Casa Montezuma doesn’t have air conditioning but with ceiling fans in every room and additional pedestal fans we managed. The first few days were a big adjustment but we experienced the same thing in the Amazon jungle so we knew what to expect. The freezer was stocked with ice packs and the lack of air conditioning gave us an excuse to eat ice cream every day.
As our month in Costa Rica progressed I discovered that this house is a PERFECT mix of jungle and beach living. Playa Cedros is only a 5 minute walk away and the jungle is quite literally our backyard. The waves at Playa Cedros are big enough for surfing but if you’re a parent with young kids then you might want to consider swimming in the nearby rivers. In one direction there’s Rio Miguelon and in the other direction there’s Rio Lajas. Both are about a 15 minute walk from the house. The river water is a little cooler than the ocean water and the trees provide ample shade so you can stay longer without worrying about sunburns.
One of the unexpected advantages to staying at Casa Montezuma was the abundance of edible foods nearby. Coconuts, star fruit, mangoes and plantains all grow on the property. Tito even showed us where to find the wild cilantro in the backyard!
There are a few downsides when it comes to jungle living, though. While the bats were awesome at keeping the mosquitoes away we also spent most mornings sweeping their poop off the deck. Army ants swept through our house a few times and they’re completely harmless unless you interfere with them. So if you step on their trail in your flip flops (like we did) be prepared for some VERY intense, painful bites.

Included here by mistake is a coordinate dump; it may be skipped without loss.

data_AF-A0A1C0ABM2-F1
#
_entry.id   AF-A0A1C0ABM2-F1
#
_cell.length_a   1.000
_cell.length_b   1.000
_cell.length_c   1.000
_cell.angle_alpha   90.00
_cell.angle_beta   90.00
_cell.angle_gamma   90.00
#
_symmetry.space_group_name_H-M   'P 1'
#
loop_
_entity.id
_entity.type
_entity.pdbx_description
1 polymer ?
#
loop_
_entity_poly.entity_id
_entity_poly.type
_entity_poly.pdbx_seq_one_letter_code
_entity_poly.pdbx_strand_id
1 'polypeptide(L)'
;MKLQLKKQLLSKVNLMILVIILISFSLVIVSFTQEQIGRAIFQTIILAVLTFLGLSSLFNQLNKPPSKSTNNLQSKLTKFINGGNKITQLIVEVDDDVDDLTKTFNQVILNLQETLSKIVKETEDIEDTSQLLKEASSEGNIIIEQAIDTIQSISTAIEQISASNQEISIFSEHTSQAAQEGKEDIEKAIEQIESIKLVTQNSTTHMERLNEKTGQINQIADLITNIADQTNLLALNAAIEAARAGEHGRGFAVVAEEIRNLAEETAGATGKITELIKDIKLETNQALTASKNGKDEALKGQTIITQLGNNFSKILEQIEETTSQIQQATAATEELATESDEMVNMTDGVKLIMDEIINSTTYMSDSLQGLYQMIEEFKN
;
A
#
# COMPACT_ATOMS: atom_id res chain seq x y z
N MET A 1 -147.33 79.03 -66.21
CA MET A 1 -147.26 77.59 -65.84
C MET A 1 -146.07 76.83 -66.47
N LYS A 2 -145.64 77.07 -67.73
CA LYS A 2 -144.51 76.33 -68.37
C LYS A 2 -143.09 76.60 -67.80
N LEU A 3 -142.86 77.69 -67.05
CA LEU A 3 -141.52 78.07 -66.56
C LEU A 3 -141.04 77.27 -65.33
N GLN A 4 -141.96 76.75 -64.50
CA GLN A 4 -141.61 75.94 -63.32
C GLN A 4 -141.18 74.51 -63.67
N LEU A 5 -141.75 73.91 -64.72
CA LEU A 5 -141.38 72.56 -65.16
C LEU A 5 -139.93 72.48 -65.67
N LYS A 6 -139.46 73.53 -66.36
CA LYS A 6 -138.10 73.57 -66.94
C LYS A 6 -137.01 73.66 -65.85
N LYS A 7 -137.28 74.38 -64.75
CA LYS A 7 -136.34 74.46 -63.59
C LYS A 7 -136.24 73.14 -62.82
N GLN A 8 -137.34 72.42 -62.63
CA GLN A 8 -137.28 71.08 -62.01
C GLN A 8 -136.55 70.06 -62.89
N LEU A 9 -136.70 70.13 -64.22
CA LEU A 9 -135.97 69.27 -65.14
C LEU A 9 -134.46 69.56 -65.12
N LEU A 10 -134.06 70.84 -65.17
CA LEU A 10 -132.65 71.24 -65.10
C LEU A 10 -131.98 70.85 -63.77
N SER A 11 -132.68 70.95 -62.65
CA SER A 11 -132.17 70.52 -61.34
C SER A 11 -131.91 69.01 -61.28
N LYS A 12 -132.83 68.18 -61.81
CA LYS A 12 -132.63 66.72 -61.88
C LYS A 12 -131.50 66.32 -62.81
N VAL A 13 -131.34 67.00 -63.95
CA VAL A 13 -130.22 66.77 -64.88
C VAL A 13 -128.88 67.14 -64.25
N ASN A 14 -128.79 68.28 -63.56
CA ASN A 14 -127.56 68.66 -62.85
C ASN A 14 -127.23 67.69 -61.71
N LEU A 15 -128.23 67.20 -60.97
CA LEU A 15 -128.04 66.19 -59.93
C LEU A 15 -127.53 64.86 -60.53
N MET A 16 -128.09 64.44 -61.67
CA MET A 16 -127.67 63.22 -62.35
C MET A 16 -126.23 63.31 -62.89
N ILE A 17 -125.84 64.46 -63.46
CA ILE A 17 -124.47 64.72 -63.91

There were only a few instances where we were concerned during our stay: during some rough nighttime thunderstorms (common in September and October but not in May) and when we found a scorpion hiding in Stink’s dress on the clothesline. Those things come with the territory, though, and you just have to roll with the punches. As they say in Costa Rica, “Pura Vida” which translates to “pure life!”
The Verdict: I would absolutely recommend Casa Montezuma to anyone wanting to explore the Pacific Coast of Costa Rica. The house isn’t geared toward any specific type of traveler so it’s perfect for anyone looking for an adventure. I recommend a minimum stay of one week. Between wildlife watching, beach bumming and exploring the towns you’ll definitely want to stay more than just a few days.
Good to Know: There’s a few necessities you should consider bringing: a good flashlight, a reusable water bottle and a reusable shopping bag or backpack. All the outlets are American so there’s no need for power adapters if you’re visiting from the US.
When to Go: Anytime! The dry and rainy seasons of Costa Rica are completely different. Depending on which month you visit you’ll see different plant life and different animals. Visit August through November for the whales, in mid-April for the massive land crab migration or May through July for the lush greenery.
Child Friendly? Yes, but probably not ideal for infants and toddlers. There’s one television in the largest bedroom that has popular children’s shows in English (win!) but I still recommend bringing some durable toys for your kiddos. We brought a few beach toys, Hot Wheels, and a butterfly net. There’s no danger of malaria, rabies, or crocodiles in this part of Costa Rica and Montezuma is an extremely safe town to visit. The biggest danger to watch out for are the rip currents at some beaches.
Pet Friendly? Casa Montezuma is a pet-friendly house, just be sure to inquire with Donna or Tito about the specifics. As always, keep an eye on your pets while in the jungle!